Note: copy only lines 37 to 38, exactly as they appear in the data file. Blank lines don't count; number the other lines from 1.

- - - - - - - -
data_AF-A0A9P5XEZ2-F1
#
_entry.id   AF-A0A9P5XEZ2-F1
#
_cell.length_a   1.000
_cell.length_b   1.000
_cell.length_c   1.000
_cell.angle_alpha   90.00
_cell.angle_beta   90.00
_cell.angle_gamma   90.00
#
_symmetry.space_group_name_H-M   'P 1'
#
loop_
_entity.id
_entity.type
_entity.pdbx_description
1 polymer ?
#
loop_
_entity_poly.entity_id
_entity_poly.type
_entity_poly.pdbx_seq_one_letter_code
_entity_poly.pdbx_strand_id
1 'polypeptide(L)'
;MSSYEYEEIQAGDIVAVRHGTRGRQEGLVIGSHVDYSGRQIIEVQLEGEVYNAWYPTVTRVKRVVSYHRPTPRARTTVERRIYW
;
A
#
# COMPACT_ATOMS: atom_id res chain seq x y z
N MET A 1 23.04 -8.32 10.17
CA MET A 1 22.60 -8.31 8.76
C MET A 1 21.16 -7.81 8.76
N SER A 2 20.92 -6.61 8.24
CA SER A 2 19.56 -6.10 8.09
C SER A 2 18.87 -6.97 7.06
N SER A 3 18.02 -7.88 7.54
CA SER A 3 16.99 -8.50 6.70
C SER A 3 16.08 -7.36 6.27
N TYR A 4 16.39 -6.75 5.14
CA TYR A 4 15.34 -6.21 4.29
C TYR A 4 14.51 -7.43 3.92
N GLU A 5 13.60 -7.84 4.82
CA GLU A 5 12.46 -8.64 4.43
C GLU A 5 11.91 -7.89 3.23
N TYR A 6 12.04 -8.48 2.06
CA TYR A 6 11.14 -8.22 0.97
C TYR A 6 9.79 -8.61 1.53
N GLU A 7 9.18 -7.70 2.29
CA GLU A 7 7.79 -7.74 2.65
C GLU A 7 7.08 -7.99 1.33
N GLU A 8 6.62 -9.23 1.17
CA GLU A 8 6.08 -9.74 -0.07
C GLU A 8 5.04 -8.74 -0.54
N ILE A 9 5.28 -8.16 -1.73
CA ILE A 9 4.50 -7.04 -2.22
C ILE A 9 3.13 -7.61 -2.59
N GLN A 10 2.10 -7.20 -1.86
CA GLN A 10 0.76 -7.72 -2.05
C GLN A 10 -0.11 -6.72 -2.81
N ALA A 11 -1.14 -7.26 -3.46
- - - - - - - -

N SER A 3 18.02 -7.88 7.54
CA SER A 3 16.99 -8.50 6.70